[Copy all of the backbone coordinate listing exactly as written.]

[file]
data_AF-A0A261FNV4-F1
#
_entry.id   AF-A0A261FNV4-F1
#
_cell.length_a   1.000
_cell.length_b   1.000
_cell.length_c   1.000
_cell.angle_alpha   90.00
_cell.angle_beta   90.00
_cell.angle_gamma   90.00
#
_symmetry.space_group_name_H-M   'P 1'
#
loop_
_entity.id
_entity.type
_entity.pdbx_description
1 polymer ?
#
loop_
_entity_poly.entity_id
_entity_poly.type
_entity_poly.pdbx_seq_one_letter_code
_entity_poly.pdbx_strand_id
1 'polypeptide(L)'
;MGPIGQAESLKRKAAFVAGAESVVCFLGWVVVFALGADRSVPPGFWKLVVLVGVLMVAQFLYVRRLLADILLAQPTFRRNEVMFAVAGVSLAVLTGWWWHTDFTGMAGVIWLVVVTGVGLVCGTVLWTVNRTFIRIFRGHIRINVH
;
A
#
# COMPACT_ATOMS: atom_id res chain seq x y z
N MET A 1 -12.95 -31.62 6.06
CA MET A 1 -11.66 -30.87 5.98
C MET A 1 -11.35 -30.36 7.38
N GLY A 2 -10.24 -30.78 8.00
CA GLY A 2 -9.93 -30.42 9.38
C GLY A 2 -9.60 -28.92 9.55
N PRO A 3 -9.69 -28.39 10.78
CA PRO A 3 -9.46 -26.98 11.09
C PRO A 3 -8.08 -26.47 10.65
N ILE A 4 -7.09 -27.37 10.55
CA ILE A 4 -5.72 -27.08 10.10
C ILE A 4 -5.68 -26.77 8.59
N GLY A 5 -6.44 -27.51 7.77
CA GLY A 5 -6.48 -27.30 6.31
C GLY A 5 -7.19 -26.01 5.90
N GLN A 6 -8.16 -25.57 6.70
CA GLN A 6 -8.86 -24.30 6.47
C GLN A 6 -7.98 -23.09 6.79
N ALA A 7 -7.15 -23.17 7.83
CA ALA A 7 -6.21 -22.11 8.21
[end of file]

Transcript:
data_AF-A0A261FNV4-F1
#
_entry.id   AF-A0A261FNV4-F1
#
_cell.length_a   1.000
_cell.length_b   1.000
_cell.length_c   1.000
_cell.angle_alpha   90.00
_cell.angle_beta   90.00
_cell.angle_gamma   90.00
#
_symmetry.space_group_name_H-M   'P 1'
#
loop_
_entity.id
_entity.type
_entity.pdbx_description
1 polymer ?
#
loop_
_entity_poly.entity_id
_entity_poly.type
_entity_poly.pdbx_seq_one_letter_code
_entity_poly.pdbx_strand_id
1 'polypeptide(L)'
;MGPIGQAESLKRKAAFVAGAESVVCFLGWVVVFALGADRSVPPGFWKLVVLVGVLMVAQFLYVRRLLADILLAQPTFRRNEVMFAVAGVSLAVLTGWWWHTDFTGMAGVIWLVVVTGVGLVCGTVLWTVNRTFIRIFRGHIRINVH
;
A
#
# COMPACT_ATOMS: atom_id res chain seq x y z
N MET A 1 -12.95 -31.62 6.06
CA MET A 1 -11.66 -30.87 5.98
C MET A 1 -11.35 -30.36 7.38
N GLY A 2 -10.24 -30.78 8.00
CA GLY A 2 -9.93 -30.42 9.38
C GLY A 2 -9.60 -28.92 9.55
N PRO A 3 -9.69 -28.39 10.78
CA PRO A 3 -9.46 -26.98 11.09
C PRO A 3 -8.08 -26.47 10.65
N ILE A 4 -7.09 -27.37 10.55
CA ILE A 4 -5.72 -27.08 10.10
C ILE A 4 -5.68 -26.77 8.59
N GLY A 5 -6.44 -27.51 7.77
CA GLY A 5 -6.48 -27.30 6.31
C GLY A 5 -7.19 -26.01 5.90
N GLN A 6 -8.16 -25.57 6.70
CA GLN A 6 -8.86 -24.30 6.47
C GLN A 6 -7.98 -23.09 6.79
N ALA A 7 -7.15 -23.17 7.83
CA ALA A 7 -6.21 -22.11 8.21